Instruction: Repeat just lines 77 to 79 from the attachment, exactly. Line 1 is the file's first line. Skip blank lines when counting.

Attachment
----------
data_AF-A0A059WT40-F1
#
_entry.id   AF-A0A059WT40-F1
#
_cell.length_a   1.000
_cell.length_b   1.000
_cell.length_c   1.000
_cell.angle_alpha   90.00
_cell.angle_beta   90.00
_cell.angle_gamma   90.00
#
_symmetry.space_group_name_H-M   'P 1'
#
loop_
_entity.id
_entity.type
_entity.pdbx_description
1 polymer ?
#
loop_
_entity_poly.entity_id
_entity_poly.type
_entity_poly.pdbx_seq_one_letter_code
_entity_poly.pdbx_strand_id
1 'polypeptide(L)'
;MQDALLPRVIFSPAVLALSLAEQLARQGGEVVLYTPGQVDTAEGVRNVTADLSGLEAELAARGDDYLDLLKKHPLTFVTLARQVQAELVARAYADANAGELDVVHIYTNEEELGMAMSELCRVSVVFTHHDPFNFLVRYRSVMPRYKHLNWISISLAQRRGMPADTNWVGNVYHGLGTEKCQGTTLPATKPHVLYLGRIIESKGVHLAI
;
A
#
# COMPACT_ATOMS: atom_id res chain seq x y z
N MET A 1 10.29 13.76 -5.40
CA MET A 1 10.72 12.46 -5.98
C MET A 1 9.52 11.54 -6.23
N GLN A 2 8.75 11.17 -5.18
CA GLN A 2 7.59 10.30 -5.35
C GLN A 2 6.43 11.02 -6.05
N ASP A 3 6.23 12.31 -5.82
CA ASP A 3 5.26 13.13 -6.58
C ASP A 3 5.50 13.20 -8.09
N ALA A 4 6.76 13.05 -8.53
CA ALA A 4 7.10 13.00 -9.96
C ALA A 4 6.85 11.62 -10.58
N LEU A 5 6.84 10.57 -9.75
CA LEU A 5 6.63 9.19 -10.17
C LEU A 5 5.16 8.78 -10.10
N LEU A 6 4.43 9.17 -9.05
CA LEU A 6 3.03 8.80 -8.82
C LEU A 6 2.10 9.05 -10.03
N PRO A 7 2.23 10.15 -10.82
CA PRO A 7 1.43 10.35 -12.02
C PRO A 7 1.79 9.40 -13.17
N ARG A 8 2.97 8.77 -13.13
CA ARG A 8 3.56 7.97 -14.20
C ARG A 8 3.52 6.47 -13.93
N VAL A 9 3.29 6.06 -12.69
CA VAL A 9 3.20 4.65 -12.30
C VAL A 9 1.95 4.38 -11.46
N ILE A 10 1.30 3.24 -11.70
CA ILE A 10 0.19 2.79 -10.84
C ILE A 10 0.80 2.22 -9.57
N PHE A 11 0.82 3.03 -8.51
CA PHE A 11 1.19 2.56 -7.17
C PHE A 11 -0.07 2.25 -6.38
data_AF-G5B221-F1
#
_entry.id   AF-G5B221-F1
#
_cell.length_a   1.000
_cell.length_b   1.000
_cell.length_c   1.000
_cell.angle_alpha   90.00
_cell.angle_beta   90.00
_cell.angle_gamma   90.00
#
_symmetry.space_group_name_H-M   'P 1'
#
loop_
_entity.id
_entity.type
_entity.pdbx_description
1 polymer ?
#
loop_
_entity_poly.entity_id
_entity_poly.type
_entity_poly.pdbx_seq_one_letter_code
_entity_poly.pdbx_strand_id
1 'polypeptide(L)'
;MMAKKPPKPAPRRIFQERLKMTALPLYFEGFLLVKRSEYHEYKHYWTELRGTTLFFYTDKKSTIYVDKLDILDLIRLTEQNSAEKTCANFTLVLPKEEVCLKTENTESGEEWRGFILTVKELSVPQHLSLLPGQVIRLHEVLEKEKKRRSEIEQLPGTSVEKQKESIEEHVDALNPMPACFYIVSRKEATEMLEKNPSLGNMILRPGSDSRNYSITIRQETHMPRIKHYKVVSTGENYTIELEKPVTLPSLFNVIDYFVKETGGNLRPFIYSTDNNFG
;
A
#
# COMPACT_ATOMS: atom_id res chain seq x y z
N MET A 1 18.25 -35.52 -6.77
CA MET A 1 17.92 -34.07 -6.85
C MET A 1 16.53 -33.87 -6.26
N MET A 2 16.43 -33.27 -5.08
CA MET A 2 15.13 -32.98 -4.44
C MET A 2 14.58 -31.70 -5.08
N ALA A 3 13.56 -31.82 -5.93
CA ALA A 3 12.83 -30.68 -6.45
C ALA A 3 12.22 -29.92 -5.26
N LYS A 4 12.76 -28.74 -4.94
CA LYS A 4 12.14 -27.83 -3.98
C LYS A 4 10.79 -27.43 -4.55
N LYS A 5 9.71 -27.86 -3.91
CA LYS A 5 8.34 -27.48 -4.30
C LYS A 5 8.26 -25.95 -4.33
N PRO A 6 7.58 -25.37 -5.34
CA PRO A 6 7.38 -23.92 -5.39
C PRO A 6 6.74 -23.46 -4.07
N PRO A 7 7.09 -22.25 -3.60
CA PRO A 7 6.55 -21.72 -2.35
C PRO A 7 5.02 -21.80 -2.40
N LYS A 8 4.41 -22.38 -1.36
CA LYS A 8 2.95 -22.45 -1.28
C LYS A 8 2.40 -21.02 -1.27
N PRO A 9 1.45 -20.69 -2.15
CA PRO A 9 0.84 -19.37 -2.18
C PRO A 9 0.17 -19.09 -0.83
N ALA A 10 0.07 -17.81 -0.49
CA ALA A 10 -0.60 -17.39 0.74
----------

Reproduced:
loop_
_entity.id
_entity.type